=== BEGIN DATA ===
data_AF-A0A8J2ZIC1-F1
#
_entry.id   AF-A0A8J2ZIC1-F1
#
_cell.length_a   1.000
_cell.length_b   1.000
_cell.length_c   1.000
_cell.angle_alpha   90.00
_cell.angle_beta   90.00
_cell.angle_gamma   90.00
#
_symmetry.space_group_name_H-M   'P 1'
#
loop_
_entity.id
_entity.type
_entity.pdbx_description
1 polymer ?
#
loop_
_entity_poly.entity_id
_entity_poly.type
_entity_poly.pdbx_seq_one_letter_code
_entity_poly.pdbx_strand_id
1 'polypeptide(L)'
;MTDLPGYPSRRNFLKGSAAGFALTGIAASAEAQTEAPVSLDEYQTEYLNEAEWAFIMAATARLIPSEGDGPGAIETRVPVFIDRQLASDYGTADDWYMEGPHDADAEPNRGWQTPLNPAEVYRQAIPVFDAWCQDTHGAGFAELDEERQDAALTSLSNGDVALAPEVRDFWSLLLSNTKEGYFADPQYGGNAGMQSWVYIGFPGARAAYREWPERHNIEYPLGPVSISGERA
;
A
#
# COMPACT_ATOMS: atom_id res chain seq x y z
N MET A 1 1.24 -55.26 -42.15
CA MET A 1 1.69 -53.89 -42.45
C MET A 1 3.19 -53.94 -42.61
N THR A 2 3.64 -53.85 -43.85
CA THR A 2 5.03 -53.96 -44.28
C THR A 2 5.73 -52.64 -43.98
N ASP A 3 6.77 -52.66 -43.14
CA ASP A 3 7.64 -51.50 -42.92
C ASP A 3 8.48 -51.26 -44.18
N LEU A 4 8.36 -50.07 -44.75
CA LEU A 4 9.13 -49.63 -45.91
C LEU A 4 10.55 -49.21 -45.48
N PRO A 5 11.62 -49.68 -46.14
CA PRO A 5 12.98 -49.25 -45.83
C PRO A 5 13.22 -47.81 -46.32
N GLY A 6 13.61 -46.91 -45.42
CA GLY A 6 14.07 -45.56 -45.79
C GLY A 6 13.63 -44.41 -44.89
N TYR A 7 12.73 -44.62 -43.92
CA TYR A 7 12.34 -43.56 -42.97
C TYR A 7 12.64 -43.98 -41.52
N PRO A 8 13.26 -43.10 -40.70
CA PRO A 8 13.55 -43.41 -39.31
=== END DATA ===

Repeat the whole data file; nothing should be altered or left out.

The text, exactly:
data_AF-A0A8J2ZIC1-F1
#
_entry.id   AF-A0A8J2ZIC1-F1
#
_cell.length_a   1.000
_cell.length_b   1.000
_cell.length_c   1.000
_cell.angle_alpha   90.00
_cell.angle_beta   90.00
_cell.angle_gamma   90.00
#
_symmetry.space_group_name_H-M   'P 1'
#
loop_
_entity.id
_entity.type
_entity.pdbx_description
1 polymer ?
#
loop_
_entity_poly.entity_id
_entity_poly.type
_entity_poly.pdbx_seq_one_letter_code
_entity_poly.pdbx_strand_id
1 'polypeptide(L)'
;MTDLPGYPSRRNFLKGSAAGFALTGIAASAEAQTEAPVSLDEYQTEYLNEAEWAFIMAATARLIPSEGDGPGAIETRVPVFIDRQLASDYGTADDWYMEGPHDADAEPNRGWQTPLNPAEVYRQAIPVFDAWCQDTHGAGFAELDEERQDAALTSLSNGDVALAPEVRDFWSLLLSNTKEGYFADPQYGGNAGMQSWVYIGFPGARAAYREWPERHNIEYPLGPVSISGERA
;
A
#
# COMPACT_ATOMS: atom_id res chain seq x y z
N MET A 1 1.24 -55.26 -42.15
CA MET A 1 1.69 -53.89 -42.45
C MET A 1 3.19 -53.94 -42.61
N THR A 2 3.64 -53.85 -43.85
CA THR A 2 5.03 -53.96 -44.28
C THR A 2 5.73 -52.64 -43.98
N ASP A 3 6.77 -52.66 -43.14
CA ASP A 3 7.64 -51.50 -42.92
C ASP A 3 8.48 -51.26 -44.18
N LEU A 4 8.36 -50.07 -44.75
CA LEU A 4 9.13 -49.63 -45.91
C LEU A 4 10.55 -49.21 -45.48
N PRO A 5 11.62 -49.68 -46.14
CA PRO A 5 12.98 -49.25 -45.83
C PRO A 5 13.22 -47.81 -46.32
N GLY A 6 13.61 -46.91 -45.42
CA GLY A 6 14.07 -45.56 -45.79
C GLY A 6 13.63 -44.41 -44.89
N TYR A 7 12.73 -44.62 -43.92
CA TYR A 7 12.34 -43.56 -42.97
C TYR A 7 12.64 -43.98 -41.52
N PRO A 8 13.26 -43.10 -40.70
CA PRO A 8 13.55 -43.41 -39.31